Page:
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ON THE MEDUSA OF LEONARDO DA VINCI

IN THE FLORENTINE GALLERY

I

Ir lieth, gazing on the midnight sky,
Upon the cloudy mountain peak supine;
Below, far lands are seen tremblingly;

Its horror and its beauty are divine.
Upon its lips and eyelids seems to lie
Loveliness like a shadow, from which shine,
Fiery and lurid, struggling underneath,
The agonies of anguish and of death.

II

Yet it is less the horror than the grace

Which turns the gazer's spirit into stone, Whereon the lineaments of that dead face

Are graven, till the characters be grown Into itself, and thought no more can trace;

'Tis the melodious hue of beauty thrown Athwart the darkness and the glare of pain, Which humanize and harmonize the strain.

III

And from its head as from one body grow,
As grass out of a watery rock,
Hairs which are vipers, and they curl and flow
And their long tangles in each other lock,

On the Medusa of Leonardo Da Vinci in the Florentine Gallery. Published by Mrs. Shelley, 1824. Composed at Florence.

ii. 6 hues, Rossetti.

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And with unending involutions show

Their mailed radiance, as it were to mock The torture and the death within, and saw The solid air with many a ragged jaw.

IV

And, from a stone beside, a poisonous eft
Peeps idly into those Gorgonian eyes ;
Whilst in the air a ghastly bat, bereft

Of sense, has flitted with a mad surprise
Out of the cave this hideous light had cleft,
And he comes hastening like a moth that hies
After a taper; and the midnight sky
Flares, a light more dread than obscurity.

V

'Tis the tempestuous loveliness of terror; For from the serpents gleams a brazen glare Kindled by that inextricable error,

Which makes a thrilling vapor of the air Become a and ever-shifting mirror

Of all the beauty and the terror there A woman's countenance, with serpent locks, Gazing in death on heaven from those wet

rocks.

THE INDIAN SERENADE

I

I ARISE from dreams of thee
In the first sweet sleep of night,
When the winds are breathing low,
And the stars are shining bright;
I arise from dreams of thee,
And a spirit in my feet
Hath led me who knows how?
To thy chamber window, sweet!

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II

The wandering airs, they faint
On the dark, the silent stream;
The champak odors fail

Like sweet thoughts in a dream;
The nightingale's complaint,
It dies upon her heart,

MS. || Song

Lines to an

The Indian Serenade, Browning MS., Harvard written for an Indian Air, The Liberal, ii., 1822. Indian Air, Mrs. Shelley, 1824. Published in The Liberal, ii., 1822.

i. 2 In || From, Copy of Browning MS.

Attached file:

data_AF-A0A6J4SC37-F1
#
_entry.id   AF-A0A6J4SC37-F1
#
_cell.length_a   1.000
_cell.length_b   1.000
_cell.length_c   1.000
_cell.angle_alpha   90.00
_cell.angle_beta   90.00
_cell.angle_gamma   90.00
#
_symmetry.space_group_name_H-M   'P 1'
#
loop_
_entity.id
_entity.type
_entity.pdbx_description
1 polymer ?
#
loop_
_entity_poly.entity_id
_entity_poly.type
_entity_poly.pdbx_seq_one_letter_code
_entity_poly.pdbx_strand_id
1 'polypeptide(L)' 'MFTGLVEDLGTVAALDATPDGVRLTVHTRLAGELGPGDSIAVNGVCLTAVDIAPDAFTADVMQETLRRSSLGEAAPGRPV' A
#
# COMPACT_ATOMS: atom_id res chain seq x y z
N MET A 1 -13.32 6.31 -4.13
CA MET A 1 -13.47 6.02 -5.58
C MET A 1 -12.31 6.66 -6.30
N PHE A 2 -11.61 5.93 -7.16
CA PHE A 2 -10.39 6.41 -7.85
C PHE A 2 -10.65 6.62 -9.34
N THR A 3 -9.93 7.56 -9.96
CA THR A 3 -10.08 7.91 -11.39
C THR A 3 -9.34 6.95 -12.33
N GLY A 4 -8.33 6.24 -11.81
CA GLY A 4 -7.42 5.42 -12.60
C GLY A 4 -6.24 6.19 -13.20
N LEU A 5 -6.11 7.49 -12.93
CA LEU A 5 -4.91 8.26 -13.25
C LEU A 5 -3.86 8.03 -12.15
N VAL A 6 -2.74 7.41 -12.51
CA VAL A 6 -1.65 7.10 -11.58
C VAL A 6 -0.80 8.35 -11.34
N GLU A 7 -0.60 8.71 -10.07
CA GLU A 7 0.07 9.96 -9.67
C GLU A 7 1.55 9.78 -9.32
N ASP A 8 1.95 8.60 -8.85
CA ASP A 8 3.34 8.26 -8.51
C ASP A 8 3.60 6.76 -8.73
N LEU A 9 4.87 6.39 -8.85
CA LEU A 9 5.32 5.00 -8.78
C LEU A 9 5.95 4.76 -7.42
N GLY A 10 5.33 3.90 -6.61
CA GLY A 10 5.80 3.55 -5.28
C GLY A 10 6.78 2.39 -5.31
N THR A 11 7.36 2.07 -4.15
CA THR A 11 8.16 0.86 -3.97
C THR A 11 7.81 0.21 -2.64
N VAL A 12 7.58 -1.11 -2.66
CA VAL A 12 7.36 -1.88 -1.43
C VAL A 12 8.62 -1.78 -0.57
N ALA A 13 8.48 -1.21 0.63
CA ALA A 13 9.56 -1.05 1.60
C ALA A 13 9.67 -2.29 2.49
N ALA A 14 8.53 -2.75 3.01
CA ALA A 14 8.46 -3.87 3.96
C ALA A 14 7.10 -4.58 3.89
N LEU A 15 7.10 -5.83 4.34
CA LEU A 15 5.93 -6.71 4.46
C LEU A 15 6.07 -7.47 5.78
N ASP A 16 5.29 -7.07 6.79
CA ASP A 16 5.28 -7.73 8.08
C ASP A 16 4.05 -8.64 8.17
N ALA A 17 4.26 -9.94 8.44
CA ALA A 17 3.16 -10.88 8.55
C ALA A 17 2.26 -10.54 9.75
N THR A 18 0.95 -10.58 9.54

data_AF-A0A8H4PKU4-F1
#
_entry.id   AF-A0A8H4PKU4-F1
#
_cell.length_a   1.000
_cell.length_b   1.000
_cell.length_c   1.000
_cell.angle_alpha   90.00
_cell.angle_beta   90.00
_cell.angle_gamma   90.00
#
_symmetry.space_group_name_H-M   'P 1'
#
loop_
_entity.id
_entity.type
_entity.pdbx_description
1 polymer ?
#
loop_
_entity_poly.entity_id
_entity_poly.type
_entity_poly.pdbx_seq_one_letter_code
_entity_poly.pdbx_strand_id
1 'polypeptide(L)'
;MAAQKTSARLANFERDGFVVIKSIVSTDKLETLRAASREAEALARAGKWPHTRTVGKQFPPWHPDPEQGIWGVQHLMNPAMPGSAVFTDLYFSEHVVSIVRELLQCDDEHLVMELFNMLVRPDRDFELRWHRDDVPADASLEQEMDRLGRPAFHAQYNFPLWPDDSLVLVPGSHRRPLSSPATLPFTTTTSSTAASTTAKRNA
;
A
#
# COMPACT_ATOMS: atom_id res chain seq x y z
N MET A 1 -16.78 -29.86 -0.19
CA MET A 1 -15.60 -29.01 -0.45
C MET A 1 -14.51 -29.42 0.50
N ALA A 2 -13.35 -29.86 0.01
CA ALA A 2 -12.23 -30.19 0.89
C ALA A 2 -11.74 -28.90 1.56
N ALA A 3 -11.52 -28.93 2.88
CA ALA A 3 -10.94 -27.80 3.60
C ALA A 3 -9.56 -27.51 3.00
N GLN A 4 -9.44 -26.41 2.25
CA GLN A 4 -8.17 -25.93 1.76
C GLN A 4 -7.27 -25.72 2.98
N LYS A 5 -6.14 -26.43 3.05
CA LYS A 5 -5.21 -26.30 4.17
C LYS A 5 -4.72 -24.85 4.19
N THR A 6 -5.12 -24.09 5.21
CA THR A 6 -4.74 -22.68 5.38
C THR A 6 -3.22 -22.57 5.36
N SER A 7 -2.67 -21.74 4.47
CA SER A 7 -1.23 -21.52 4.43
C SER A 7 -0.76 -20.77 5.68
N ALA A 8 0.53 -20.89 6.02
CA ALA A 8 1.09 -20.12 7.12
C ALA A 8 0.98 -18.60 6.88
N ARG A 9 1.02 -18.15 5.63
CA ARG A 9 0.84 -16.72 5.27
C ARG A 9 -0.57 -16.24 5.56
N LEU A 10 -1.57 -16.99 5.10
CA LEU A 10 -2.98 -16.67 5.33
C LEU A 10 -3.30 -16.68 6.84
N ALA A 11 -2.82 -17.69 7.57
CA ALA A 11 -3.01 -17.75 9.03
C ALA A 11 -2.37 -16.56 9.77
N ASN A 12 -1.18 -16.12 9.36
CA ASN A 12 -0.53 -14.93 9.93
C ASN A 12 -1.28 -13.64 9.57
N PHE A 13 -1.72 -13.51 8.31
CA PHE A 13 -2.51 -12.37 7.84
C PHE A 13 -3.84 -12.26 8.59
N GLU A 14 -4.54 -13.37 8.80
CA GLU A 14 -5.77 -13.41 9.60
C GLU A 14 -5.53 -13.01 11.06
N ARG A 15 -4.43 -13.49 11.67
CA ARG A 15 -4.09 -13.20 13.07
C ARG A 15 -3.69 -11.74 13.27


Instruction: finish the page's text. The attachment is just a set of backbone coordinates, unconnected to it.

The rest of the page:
3 When, omit, Harvard MS.

4 shining || burning, Harvard MS., The Liberal, 1822.

7 Hath led, Browning MS., The Liberal, 1822 || Has borne, Harvard MS.; has led, Mrs. Shelley, 1824.

ii. 3 The champak odors fail, Harvard MS., The Liberal, 1822, Mrs. Shelley, 1824 || And the champak's, Browning MS. And the champak, Dowden. And the champak odors pine, Allingham. odors of my chaplet, Boscombe MS.

As I must die on thine,

Oh, beloved as thou art!

III

Oh, lift me from the grass!
I die! I faint! I fail!
Let thy love in kisses rain.
On my lips and eyelids pale.
My cheek is cold and white, alas!
My heart beats loud and fast,
Oh! press it close to thine again,
Where it will break at last.

TO SOPHIA

I

THOU art fair, and few are fairer
Of the nymphs of earth or ocean;
They are robes that fit the wearer

Those soft limbs of thine, whose motion.
Ever falls and shifts and glances
As the life within them dances.

ii. 7 die, Harvard MS., Mrs. Shelley, 18391 || omit, The Liberal, 1822, Mrs. Shelley, 1824.

ii. 8 Oh, Browning MS., Harvard MS., Mrs. Shelley, 18391 || omit, The Liberal, 1822, Mrs. Shelley, 1824.

iii. 7 press it close to thine, Harvard MS., Mrs. Shelley, 1824, 18391 || press it to thine own, Browning MS., press me to thine own, The Liberal, 1822.

iii. 8 will || must, Copy of Browning MS.

To Sophia || Sophia, Stacey MS. Lines written for Miss Sophia Stacey, Rossetti, 1870. Published by Rossetti, 1870.

II

Thy deep eyes, a double Planet,
Gaze the wisest into madness
With soft clear fire; the winds that fan it
Are those thoughts of tender gladness
Which, like zephyrs on the billow,
Make thy gentle soul their pillow.

III

If, whatever face thou paintest

In those eyes, grows pale with pleasure, If the fainting soul is faintest

When it hears thy harp's wild measure, Wonder not that when thou speakest Of the weak my heart is weakest.

IV

As dew beneath the wind of morning,
As the sea which whirlwinds waken,
As the birds at thunder's warning,

As aught mute yet deeply shaken,
As one who feels an unseen spirit,
Is
heart when thine is near it.

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ii. 4 tender, Stacey MS. || gentle, Stacey MS cancelled. 5 zephyrs, Stacey MS. || lightnings, Stacey MS. cancelled. 6 gentle, Stacey MS. || softest, Stacey MS. cancelled. iii. 2 those, Stacey MS. || thine, Stacey MS. cancelled. 3 soul, Stacey MS. || heart, Stacey MS. cancelled.

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